Holistic Health & Living

Important nutrients intake in pregnancy: Here’s what you should know

Important nutrients intake in pregnancy: Here's what you should know_food-to-eat-during-pregnancy

A healthy and nutritionally balanced diet is always desirable; still, the pregnancy stage in a woman’s life craves such a diet even more. Although some of the main principles of healthy dieting (such as consuming whole foods, healthy fats, and lean protein) remain the same during pregnancy, some nutrients require a bit more attention. After all, you’re fueling your body for both yourself and a developing baby. By being mindful about your nutrients intake, you’re ensuring your baby develops correctly and grows just as it should. With that in mind, we’ve asked experts from Aastra Women’s Center to let us in on the subject and help us better understand the importance of proper nutrient intake during pregnancy.

  • What are nutrients, and why are they important?
    Simply put, essential nutrients are compounds our body can’t produce (or can’t make in sufficient quantities) but are essential for our body to function correctly, develop, heal, and prevent diseases. Since we can’t make them, we have to take them through food or supplements.
    Although there are numerous essential nutrients out there, we can divide them into two main groups: macronutrients and micronutrients.
  • Weight gain during pregnancy
    It’s normal and expected for a woman to gain some weight during pregnancy. There’s no universal answer to how much weight you should gain during pregnancy; it depends on a few factors, such as your health condition and your weight before pregnancy. For example, if your weight was in a normal range before pregnancy, it would be acceptable for you to gain anywhere between 25 to 35 pounds. However, if you were underweight before getting pregnant, you’ll probably need to gain more. In the same manner, if you were overweight or obese before pregnancy, you should gain less than recommended above. 
  • The recommended macronutrient intake during pregnancy
    Macronutrients include proteins, carbohydrates, and fats. They’re eaten in larger amounts, and they’re essentially the primary building blocks of your diet. If you’ve ever been on a diet, you most likely paid attention to each of these macronutrient intakes.
    • Protein
      Protein plays some of the most important roles in our body. This is especially true during pregnancy. Sufficient amounts of protein ensure your baby develops correctly and promotes its organs and tissues’ growth. Moreover, it can assist your breast and uterus growth throughout the pregnancy. Your recommended protein intake during pregnancy is around 70g a day.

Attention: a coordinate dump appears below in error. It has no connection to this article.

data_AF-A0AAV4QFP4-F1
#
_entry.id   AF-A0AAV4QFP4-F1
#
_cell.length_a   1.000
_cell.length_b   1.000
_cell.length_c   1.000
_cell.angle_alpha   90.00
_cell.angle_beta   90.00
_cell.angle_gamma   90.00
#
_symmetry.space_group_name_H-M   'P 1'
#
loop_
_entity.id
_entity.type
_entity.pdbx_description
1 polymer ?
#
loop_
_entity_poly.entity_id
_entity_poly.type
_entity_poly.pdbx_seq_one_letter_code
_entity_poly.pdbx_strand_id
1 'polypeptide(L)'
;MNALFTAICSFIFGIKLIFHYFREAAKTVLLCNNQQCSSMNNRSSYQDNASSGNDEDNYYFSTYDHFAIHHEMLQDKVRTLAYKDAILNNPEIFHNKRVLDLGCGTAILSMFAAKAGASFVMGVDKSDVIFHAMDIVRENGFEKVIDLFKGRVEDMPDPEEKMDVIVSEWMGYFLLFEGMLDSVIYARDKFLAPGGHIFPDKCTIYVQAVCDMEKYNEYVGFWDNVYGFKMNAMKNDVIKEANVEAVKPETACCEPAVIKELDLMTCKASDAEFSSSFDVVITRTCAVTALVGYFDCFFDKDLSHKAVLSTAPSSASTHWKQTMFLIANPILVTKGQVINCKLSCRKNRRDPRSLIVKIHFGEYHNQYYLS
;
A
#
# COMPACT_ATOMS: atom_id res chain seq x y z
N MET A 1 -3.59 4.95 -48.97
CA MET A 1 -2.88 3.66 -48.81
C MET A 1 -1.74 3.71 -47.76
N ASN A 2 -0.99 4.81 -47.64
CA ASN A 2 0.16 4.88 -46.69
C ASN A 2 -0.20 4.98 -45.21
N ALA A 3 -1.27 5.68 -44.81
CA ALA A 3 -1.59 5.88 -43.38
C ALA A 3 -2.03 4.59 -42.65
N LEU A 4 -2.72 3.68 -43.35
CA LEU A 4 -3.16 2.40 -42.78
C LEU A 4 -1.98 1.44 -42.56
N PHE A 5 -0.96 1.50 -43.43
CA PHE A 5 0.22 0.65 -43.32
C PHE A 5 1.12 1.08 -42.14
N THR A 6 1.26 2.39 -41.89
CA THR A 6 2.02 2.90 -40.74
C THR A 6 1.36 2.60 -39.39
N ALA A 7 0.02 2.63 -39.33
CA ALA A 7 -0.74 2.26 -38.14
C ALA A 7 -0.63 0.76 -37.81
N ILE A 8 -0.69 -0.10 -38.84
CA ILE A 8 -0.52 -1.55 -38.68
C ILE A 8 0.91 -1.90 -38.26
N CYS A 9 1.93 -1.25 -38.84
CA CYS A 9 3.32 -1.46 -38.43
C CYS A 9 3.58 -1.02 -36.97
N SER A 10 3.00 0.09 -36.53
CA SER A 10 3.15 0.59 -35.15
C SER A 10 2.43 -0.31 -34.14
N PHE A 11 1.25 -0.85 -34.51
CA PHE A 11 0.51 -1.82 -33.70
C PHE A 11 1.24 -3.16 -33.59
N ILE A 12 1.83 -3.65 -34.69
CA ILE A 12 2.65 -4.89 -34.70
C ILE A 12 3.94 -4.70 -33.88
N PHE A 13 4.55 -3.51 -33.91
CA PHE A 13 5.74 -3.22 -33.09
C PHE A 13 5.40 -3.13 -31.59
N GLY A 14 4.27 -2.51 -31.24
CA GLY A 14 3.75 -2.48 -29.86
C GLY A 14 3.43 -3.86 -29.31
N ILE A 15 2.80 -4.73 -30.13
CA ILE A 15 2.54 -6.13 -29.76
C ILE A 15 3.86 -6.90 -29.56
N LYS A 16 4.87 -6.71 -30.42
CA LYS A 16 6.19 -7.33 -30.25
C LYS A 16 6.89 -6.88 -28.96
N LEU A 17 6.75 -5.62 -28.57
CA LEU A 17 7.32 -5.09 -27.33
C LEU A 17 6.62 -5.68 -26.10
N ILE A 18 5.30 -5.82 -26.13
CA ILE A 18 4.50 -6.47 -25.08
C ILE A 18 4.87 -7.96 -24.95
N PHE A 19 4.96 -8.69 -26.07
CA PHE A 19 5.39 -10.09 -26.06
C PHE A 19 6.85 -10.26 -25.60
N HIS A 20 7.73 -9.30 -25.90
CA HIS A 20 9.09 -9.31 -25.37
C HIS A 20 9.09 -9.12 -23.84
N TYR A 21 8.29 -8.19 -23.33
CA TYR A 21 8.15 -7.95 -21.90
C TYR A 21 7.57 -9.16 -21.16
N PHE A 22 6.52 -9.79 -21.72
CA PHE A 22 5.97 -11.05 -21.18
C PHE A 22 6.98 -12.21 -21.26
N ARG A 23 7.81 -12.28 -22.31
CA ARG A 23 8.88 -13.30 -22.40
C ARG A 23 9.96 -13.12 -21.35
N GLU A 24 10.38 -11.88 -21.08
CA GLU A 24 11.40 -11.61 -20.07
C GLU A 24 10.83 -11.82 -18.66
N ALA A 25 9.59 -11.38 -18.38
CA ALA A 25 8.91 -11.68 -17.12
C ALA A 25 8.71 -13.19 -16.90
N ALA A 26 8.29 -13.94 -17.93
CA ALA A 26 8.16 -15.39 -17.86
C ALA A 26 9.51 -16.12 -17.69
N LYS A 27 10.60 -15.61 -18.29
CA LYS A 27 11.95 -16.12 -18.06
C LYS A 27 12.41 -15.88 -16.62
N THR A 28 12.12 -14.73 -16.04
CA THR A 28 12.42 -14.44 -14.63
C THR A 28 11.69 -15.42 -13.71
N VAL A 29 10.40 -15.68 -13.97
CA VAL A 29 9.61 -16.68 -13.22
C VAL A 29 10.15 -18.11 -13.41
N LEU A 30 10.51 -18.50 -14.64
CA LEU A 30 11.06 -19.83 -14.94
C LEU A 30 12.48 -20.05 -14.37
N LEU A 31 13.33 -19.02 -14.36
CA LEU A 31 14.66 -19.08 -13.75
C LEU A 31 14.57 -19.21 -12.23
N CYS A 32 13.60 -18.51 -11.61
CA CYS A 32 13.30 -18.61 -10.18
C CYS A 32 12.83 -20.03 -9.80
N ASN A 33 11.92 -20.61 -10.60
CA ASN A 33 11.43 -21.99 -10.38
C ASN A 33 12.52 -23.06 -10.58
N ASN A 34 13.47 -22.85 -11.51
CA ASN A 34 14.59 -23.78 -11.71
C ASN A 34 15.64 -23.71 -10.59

It’s important to choose high-quality sources of protein, such as lean meat and poultry, salmon, cottage cheese, and other high-protein dairy products.
    • Carbohydrates
      Carbs supply you with energy. They’re divided into three groups: sugars, starches, and fiber. When reading labels, it’s important to understand that sugars are simple carbs, so you should not go overboard with their consumption. On the other hand, fibers are complex carbohydrates, and they promote great digestion, so try to opt for foods rich in fiber, such as beans, whole grains, and fiber-packed fruits and veggies. Your recommended carbs consumption should be around 45 to 65 % of your daily calorie intake.
    • Fats
      Although fats have had some serious bad reputations in the past, it’s now clear they’re essential for a healthy and balanced diet. When it comes to pregnancy, fats play a big role in your baby’s brain development. The World Health Organization suggests you should get no more than 30% of your daily calorie intake from fats. Some of the best healthy fats choices include extra virgin olive oil, avocados, greek yogurt, and other high-fat dairy products and nuts.
  • The recommended macronutrient intake during pregnancy
    Micronutrients include vitamins and minerals. Although we need pretty small amounts of these essential nutrients, they’re still very important for the proper functioning of our bodies. Vitamins are crucial for cell production and growth, while minerals ensure our bones, muscles, brain, and heart work properly. Let’s go over some of the most important micronutrients you should keep track of during pregnancy: